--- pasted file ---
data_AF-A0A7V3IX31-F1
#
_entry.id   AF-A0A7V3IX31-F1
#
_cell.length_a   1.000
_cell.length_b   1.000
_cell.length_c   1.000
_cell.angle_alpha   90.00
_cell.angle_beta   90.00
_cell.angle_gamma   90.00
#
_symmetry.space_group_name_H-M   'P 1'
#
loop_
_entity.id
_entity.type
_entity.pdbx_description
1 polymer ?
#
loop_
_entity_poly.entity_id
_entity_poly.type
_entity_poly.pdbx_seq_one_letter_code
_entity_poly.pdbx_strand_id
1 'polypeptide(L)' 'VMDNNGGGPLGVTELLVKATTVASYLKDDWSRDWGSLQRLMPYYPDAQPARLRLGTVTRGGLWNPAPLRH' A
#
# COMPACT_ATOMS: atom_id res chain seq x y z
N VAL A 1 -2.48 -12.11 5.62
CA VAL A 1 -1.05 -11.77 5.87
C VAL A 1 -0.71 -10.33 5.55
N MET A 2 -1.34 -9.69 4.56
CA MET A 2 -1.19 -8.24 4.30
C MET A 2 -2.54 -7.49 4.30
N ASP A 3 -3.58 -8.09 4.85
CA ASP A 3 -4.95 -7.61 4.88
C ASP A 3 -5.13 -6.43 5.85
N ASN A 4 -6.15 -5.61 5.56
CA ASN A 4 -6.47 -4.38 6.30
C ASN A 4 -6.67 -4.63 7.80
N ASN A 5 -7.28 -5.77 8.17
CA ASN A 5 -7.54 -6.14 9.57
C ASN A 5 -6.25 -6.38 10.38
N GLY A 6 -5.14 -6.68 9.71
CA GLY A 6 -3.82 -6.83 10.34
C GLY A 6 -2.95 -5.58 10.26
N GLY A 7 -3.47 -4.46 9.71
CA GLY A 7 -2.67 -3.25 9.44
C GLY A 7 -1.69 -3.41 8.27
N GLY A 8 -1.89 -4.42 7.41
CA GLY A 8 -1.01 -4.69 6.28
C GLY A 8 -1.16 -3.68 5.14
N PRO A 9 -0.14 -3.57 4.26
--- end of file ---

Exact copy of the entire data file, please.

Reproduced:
data_AF-A0A7V3IX31-F1
#
_entry.id   AF-A0A7V3IX31-F1
#
_cell.length_a   1.000
_cell.length_b   1.000
_cell.length_c   1.000
_cell.angle_alpha   90.00
_cell.angle_beta   90.00
_cell.angle_gamma   90.00
#
_symmetry.space_group_name_H-M   'P 1'
#
loop_
_entity.id
_entity.type
_entity.pdbx_description
1 polymer ?
#
loop_
_entity_poly.entity_id
_entity_poly.type
_entity_poly.pdbx_seq_one_letter_code
_entity_poly.pdbx_strand_id
1 'polypeptide(L)' 'VMDNNGGGPLGVTELLVKATTVASYLKDDWSRDWGSLQRLMPYYPDAQPARLRLGTVTRGGLWNPAPLRH' A
#
# COMPACT_ATOMS: atom_id res chain seq x y z
N VAL A 1 -2.48 -12.11 5.62
CA VAL A 1 -1.05 -11.77 5.87
C VAL A 1 -0.71 -10.33 5.55
N MET A 2 -1.34 -9.69 4.56
CA MET A 2 -1.19 -8.24 4.30
C MET A 2 -2.54 -7.49 4.30
N ASP A 3 -3.58 -8.09 4.85
CA ASP A 3 -4.95 -7.61 4.88
C ASP A 3 -5.13 -6.43 5.85
N ASN A 4 -6.15 -5.61 5.56
CA ASN A 4 -6.47 -4.38 6.30
C ASN A 4 -6.67 -4.63 7.80
N ASN A 5 -7.28 -5.77 8.17
CA ASN A 5 -7.54 -6.14 9.57
C ASN A 5 -6.25 -6.38 10.38
N GLY A 6 -5.14 -6.68 9.71
CA GLY A 6 -3.82 -6.83 10.34
C GLY A 6 -2.95 -5.58 10.26
N GLY A 7 -3.47 -4.46 9.71
CA GLY A 7 -2.67 -3.25 9.44
C GLY A 7 -1.69 -3.41 8.27
N GLY A 8 -1.89 -4.42 7.41
CA GLY A 8 -1.01 -4.69 6.28
C GLY A 8 -1.16 -3.68 5.14
N PRO A 9 -0.14 -3.57 4.26